Hello everyone,

This program compiles fine and runs fine in Eclipse(C++ IDE) but when I compile it in UNIX and Visual Studio its fine but when I run it, it gives me an error.

For Unix is segmentation fault

The problem is when I initialize VNT, it calls Matrix and after it goes through the Matrix constructor, it calls the destructor for some reason.

Can someone please tell me what is wrong with the code. Thanks for your time.

#include <iostream>
#include <stdlib.h>
#include <assert.h>
#include <limits.h>

using namespace std;

template <class T>
class SA{
	int low, high;
	T* p;
	// default constructor 
		low = 0; 
		high = -1;
		p = NULL;
	// 2 parameter constructor SA x(10,20); 
	SA(int l, int h){
		if( (h - l + 1) <= 0 ){
		cout << "constructor error in bounds definition" << endl;
		low = l;
		high = h;
		p = new T[h-l+1];
	}//2 parameter constructor
	// single parameter constructor
	// SA x(10); and getting an array x indexed from 0 to 9
	SA(int i){
		low = 0; 
		high = i - 1;
		p = new T[i];
	}//singple parameter constructor

	// copy constructor for pass by value and initialization
	SA(const SA & s){
		int size = s.high - s.low + 1;
		p = new T[size];
			for(int i=0; i<size; i++)
				p[i] = s.p[i];
		low = s.low;
		high = s.high;
	}//copy constructor

	// destructor
		delete [] p;

	//overloaded [] lets us write
	//SA x(10,20); x[15]= 100;
	T& operator[](int i){
		if(i < low || i > high){
			cout << "index "<< i << " out of range" << endl;
		return p[i-low];
	}//overloaded [] operator
	// overloaded assignment lets us assign one SA to another
	SA & operator=(const SA s){
		if(this == &s)
			return *this;
		delete [] p;
		int size = s.high - s.low + 1;
		p = new T[size];
			for(int i = 0; i < size; i++)
				p[i] = s.p[i];
		low = s.low;
		high = s.high;
		return *this;
	}//overloaded = operator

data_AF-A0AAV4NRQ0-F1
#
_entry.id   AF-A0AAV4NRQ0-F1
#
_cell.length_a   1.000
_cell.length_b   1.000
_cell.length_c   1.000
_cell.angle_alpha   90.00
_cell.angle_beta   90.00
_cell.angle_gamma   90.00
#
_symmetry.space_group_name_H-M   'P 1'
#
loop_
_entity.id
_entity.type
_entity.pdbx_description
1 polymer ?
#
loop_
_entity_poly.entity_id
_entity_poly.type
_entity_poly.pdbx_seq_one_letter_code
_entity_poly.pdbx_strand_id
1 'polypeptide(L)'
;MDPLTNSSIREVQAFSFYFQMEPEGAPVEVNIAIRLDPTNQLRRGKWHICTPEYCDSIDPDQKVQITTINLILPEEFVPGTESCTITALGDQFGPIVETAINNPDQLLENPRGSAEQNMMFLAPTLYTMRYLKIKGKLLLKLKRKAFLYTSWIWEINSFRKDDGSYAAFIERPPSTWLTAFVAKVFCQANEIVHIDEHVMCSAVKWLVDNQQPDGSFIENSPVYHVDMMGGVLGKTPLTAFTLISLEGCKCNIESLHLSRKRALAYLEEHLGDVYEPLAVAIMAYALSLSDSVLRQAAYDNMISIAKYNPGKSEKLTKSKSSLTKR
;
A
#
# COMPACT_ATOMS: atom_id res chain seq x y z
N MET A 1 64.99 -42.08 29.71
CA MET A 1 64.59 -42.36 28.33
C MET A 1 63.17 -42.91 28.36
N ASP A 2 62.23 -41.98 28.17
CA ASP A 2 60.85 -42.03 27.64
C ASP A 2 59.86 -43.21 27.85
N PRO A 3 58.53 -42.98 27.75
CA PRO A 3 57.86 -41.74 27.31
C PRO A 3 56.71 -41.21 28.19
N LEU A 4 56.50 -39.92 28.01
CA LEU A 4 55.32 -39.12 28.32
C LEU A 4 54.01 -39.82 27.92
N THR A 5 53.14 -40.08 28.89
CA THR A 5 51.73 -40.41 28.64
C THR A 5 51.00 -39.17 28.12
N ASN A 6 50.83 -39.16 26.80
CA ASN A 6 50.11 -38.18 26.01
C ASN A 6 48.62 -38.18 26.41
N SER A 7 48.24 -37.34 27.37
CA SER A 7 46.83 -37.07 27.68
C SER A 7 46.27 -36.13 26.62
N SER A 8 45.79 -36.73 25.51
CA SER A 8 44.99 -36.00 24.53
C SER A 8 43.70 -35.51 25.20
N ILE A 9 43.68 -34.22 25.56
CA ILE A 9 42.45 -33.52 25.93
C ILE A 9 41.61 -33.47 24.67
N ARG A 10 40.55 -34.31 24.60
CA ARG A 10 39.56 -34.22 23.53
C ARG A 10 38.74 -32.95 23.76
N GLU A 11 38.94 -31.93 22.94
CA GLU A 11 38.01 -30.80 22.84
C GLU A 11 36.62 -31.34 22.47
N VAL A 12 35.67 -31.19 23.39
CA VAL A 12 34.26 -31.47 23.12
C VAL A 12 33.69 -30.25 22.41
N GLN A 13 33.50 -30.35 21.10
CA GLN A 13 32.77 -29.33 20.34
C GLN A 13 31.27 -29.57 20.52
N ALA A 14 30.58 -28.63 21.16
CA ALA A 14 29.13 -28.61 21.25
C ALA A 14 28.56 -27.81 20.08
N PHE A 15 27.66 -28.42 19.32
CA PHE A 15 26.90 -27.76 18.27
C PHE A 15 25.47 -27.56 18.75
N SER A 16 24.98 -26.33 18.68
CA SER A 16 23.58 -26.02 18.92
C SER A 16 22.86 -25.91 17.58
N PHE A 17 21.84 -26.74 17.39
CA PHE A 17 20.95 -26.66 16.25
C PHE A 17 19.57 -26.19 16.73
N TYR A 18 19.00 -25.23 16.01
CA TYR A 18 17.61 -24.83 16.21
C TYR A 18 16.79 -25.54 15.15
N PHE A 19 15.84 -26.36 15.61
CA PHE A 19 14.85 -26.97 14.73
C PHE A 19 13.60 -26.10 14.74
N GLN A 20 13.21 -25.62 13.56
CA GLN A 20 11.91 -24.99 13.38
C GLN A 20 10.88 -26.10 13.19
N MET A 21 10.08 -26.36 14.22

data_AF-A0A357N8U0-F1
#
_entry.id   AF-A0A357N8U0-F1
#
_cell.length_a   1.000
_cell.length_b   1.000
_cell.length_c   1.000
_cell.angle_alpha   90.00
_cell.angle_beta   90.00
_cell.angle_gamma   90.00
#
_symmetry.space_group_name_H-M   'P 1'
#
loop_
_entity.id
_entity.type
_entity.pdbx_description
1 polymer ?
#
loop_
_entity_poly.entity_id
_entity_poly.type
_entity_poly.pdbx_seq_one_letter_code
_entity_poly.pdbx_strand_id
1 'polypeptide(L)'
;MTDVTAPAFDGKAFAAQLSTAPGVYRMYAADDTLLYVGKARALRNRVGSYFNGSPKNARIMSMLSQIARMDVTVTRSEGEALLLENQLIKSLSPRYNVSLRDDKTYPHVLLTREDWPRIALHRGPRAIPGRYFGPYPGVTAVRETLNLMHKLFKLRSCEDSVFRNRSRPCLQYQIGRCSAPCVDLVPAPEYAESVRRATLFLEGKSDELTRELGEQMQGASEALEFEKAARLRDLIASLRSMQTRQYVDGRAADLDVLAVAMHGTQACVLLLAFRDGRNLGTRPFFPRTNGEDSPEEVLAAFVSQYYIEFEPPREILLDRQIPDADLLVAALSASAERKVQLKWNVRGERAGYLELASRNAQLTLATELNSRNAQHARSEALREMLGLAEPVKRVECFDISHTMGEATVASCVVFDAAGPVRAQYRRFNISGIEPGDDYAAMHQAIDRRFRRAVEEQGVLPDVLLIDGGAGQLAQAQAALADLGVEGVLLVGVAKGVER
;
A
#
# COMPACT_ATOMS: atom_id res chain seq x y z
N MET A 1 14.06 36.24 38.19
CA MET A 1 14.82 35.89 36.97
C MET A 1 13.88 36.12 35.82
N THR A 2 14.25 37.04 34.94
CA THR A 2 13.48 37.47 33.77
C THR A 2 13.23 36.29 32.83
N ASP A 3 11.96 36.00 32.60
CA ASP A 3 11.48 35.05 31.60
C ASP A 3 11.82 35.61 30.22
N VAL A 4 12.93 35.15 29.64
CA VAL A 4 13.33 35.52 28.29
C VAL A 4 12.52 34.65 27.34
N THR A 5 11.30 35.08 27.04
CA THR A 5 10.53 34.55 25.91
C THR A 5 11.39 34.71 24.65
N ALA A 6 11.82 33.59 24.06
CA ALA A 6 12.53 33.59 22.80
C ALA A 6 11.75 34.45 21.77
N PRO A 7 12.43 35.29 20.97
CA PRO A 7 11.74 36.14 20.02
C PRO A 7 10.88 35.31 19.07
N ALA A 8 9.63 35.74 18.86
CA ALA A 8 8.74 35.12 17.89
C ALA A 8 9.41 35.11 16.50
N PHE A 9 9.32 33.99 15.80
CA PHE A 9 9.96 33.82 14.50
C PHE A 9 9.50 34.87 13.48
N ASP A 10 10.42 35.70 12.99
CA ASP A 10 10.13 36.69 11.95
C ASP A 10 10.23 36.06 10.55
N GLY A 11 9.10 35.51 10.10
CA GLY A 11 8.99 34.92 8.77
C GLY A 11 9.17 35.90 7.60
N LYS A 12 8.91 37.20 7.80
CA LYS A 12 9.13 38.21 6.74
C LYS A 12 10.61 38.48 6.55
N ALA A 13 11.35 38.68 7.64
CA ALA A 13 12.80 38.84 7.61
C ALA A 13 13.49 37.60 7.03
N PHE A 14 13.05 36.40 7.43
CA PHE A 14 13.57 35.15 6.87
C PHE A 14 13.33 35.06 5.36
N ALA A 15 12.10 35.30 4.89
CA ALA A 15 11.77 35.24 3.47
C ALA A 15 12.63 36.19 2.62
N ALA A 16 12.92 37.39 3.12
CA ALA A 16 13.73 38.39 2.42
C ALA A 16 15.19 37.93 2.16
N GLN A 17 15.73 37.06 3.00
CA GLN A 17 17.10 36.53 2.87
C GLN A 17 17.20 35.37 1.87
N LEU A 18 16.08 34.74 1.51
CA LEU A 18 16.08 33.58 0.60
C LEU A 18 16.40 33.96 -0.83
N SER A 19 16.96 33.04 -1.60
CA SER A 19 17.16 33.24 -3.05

// overloads << so we can directly print SAs
	friend ostream& operator<<(ostream& os, SA s){
		int size = s.high - s.low + 1;
            for(int i = 0; i < size; i++)
            	cout << s.p[i] << endl;
        return os;
	operator T*(){return p-low;}//operator * overload

};//class SafeArray

//Matrix class
template <class T>
class Matrix{
	SA < SA<T> > mat;
	//default constructor
	}//default constructor
	//2 parameter constructor
	Matrix(int row, int col){
		mat = SA< SA<T> >(0, row-1);
			for(int i = 0; i < row; i++){
				mat[i] = SA<T>(0, col-1);
	}//construct for 2 parameters
	//4 parameter constructor
	Matrix(int r1, int r2, int c1, int c2){
		mat = SA< SA<T> >(r1, r2-1);
			for(int i = r1; i < r2; i++)
				mat[i] = SA<T>(c1, c2-1);
	}//4 parameter constructor
		delete mat;		
	SA<T>& operator[](int r){
	}//operator[] overload
	operator SA<T>*() {return mat;}//operator * overload
};//class Matrix

class VNT{
	Matrix <int> table;//create a int based matrix
	int r;
	int c;
	//2 parameter constructor
	VNT(int row, int col){
		r = row;
		c = col;
	}//VNT 2 parameter constructor
		delete table;
	SA<int>& operator[](int r){
	}//operator[] overload
	void init(){
		//initialize A to empty by making all values INT_MAX
		for(int i=0; i<r; i++){
			for(int j=0; j<c; j++){
				table[i][j] = INT_MAX;
	void display(){
		for(int i=0; i<r; i++){
			for(int j=0; j<c; j++){
				cout << table[i][j] << " ";
			cout << endl;

int main(){

	VNT A(5,7);
return 0;

8 Years
Discussion Span
Last Post by ff4930

Neither Matrix nor VNT need an explicit destructor, but the real problem is in the destructor for those two classes you try to delete objects that weren't returned by new:

> delete mat;
mat isn't a pointer, it's an object of type SA<SA<T> > . The SA class handles its own memory and doesn't need to be deleted.

> delete table;
table isn't a pointer either, it's an object of type Matrix<int> . The Matrix class uses the SA class, so it doesn't need to be deleted either.

Only use delete as the symmetric counterpart to new.

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